According to the tree published at phylotree, East African haplogroup M1 and Indian haplogroup M51 form a monophyletic clade united by the mutation 14110. This is based on Hartmann et al. (unfortunately subscription is needed for the full article). It remains to be seen whether 14110 in both these lineages is as a result of parallel mutations or common ancestry. Some parallel mutations in M1 and other M lineages were suggested by sun et al., examples include 16311 for M4 and 16129 for M5. However if 14110 indicates common ancestry between m1 and m51, then this would provide major support for the Asian origin hypothesis. Not only the Asian origin, but it would also provide support for an ultimate Asian origin of proto-Afroasiatic speakers. Surprisingly a discussion of this connection has not yet been published. Wapondaponda (talk) 13:25, 27 February 2010 (UTC)
Orphaned references in Haplogroup M (mtDNA)
I check pages listed in Category:Pages with incorrect ref formatting to try to fix reference errors. One of the things I do is look for content for orphaned references in wikilinked articles. I have found content for some of Haplogroup M (mtDNA)'s orphans, the problem is that I found more than one version. I can't determine which (if any) is correct for this article, so I am asking for a sentient editor to look it over and copy the correct ref content into this article.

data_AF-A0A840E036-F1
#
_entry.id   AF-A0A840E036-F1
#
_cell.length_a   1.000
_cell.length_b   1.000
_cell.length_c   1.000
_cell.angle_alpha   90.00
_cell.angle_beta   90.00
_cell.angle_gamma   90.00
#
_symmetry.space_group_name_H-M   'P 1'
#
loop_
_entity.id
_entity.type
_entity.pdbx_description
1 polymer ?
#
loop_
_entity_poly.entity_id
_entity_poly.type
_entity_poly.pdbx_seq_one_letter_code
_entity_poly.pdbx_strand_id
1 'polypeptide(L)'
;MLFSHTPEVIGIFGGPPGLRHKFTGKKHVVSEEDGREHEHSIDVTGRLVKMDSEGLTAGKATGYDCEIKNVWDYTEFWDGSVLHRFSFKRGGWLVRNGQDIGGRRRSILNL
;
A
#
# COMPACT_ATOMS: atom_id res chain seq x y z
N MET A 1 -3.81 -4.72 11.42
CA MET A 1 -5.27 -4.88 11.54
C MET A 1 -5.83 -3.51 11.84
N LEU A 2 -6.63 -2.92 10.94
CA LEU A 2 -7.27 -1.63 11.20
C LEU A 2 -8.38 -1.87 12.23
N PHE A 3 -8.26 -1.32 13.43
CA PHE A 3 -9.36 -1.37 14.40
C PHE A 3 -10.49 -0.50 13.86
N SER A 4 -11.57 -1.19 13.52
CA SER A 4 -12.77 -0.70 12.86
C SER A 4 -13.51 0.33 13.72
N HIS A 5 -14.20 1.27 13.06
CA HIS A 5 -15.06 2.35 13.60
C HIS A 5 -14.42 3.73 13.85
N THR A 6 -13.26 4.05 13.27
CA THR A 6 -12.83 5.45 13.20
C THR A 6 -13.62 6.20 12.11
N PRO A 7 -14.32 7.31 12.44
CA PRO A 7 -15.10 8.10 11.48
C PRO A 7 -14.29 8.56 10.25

Reference named "Wen2004":
- From Koreans: Bo Wen, Hui Li, Daru Lu et al., "Genetic evidence supports demic diffusion of Han culture," Nature, Vol 431, 16 September 2004
- From Haplogroup F (mtDNA): Bo Wen, Xuanhua Xie, Song Gao et al., "Analyses of Genetic Structure of Tibeto-Burman Populations Reveals Sex-Biased Admixture in Southern Tibeto-Burmans," Am. J. Hum. Genet. 74:856–865 (2004)
I apologize if any of the above are effectively identical; I am just a simple computer program, so I can't determine whether minor differences are significant or not. AnomieBOT⚡ 05:13, 27 October 2013 (UTC)
Found this:""When I go to Wikipedia mtDNA M site, I see that M10 and M42 are grouped together under M10’42, and M74 has disappeared".
Human migrations and mitochondrial haplogroups map
The "human migrations and mitochondrial haplogroups" map appears to be inaccurate. Its shading suggests that certain geographic regions are overwhelmingly defined by specific haplogroups, which oftentimes isn't the situation at all. There is instead typically an assortment of haplogroups per region. Its shading simultaneously implies that macrohaplogroup M and other clades are exclusive to certain regions, which is also inaccurate for the same reason. A number of M's sub-clades actually have postulated origins outside of the highlighted South Asian, Northeast Asian and South American areas. Soupforone (talk) 00:26, 6 May 2014 (UTC)